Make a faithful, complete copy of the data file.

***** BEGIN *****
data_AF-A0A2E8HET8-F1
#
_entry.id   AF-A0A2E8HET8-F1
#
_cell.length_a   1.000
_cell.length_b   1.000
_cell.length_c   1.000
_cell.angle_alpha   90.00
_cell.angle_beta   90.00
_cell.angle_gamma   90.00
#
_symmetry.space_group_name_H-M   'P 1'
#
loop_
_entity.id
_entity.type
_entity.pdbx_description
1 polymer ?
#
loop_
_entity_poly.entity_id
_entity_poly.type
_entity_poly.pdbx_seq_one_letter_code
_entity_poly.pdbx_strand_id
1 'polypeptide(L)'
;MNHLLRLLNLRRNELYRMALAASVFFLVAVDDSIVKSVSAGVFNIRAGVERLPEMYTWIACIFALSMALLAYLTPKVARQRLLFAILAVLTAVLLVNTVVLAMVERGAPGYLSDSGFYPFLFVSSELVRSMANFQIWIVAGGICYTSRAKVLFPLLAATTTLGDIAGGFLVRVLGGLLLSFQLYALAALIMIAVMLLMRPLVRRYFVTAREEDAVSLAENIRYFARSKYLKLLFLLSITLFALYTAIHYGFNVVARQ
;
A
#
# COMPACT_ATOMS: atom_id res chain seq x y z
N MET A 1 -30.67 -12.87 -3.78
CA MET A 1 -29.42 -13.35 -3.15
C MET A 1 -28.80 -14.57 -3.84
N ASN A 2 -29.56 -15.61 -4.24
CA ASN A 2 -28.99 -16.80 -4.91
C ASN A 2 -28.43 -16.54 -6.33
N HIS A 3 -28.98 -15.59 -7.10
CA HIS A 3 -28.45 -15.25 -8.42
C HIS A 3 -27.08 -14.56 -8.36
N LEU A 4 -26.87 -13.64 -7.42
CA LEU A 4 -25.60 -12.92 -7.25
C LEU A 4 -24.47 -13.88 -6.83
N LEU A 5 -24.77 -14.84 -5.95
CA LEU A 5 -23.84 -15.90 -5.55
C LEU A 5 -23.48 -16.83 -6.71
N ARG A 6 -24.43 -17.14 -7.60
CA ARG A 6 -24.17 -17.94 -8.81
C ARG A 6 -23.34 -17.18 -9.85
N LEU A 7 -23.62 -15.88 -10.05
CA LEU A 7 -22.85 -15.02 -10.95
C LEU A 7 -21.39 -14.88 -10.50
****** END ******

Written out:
data_AF-A0A2E8HET8-F1
#
_entry.id   AF-A0A2E8HET8-F1
#
_cell.length_a   1.000
_cell.length_b   1.000
_cell.length_c   1.000
_cell.angle_alpha   90.00
_cell.angle_beta   90.00
_cell.angle_gamma   90.00
#
_symmetry.space_group_name_H-M   'P 1'
#
loop_
_entity.id
_entity.type
_entity.pdbx_description
1 polymer ?
#
loop_
_entity_poly.entity_id
_entity_poly.type
_entity_poly.pdbx_seq_one_letter_code
_entity_poly.pdbx_strand_id
1 'polypeptide(L)'
;MNHLLRLLNLRRNELYRMALAASVFFLVAVDDSIVKSVSAGVFNIRAGVERLPEMYTWIACIFALSMALLAYLTPKVARQRLLFAILAVLTAVLLVNTVVLAMVERGAPGYLSDSGFYPFLFVSSELVRSMANFQIWIVAGGICYTSRAKVLFPLLAATTTLGDIAGGFLVRVLGGLLLSFQLYALAALIMIAVMLLMRPLVRRYFVTAREEDAVSLAENIRYFARSKYLKLLFLLSITLFALYTAIHYGFNVVARQ
;
A
#
# COMPACT_ATOMS: atom_id res chain seq x y z
N MET A 1 -30.67 -12.87 -3.78
CA MET A 1 -29.42 -13.35 -3.15
C MET A 1 -28.80 -14.57 -3.84
N ASN A 2 -29.56 -15.61 -4.24
CA ASN A 2 -28.99 -16.80 -4.91
C ASN A 2 -28.43 -16.54 -6.33
N HIS A 3 -28.98 -15.59 -7.10
CA HIS A 3 -28.45 -15.25 -8.42
C HIS A 3 -27.08 -14.56 -8.36
N LEU A 4 -26.87 -13.64 -7.42
CA LEU A 4 -25.60 -12.92 -7.25
C LEU A 4 -24.47 -13.88 -6.83
N LEU A 5 -24.77 -14.84 -5.95
CA LEU A 5 -23.84 -15.90 -5.55
C LEU A 5 -23.48 -16.83 -6.71
N ARG A 6 -24.43 -17.14 -7.60
CA ARG A 6 -24.17 -17.94 -8.81
C ARG A 6 -23.34 -17.18 -9.85
N LEU A 7 -23.62 -15.88 -10.05
CA LEU A 7 -22.85 -15.02 -10.95
C LEU A 7 -21.39 -14.88 -10.50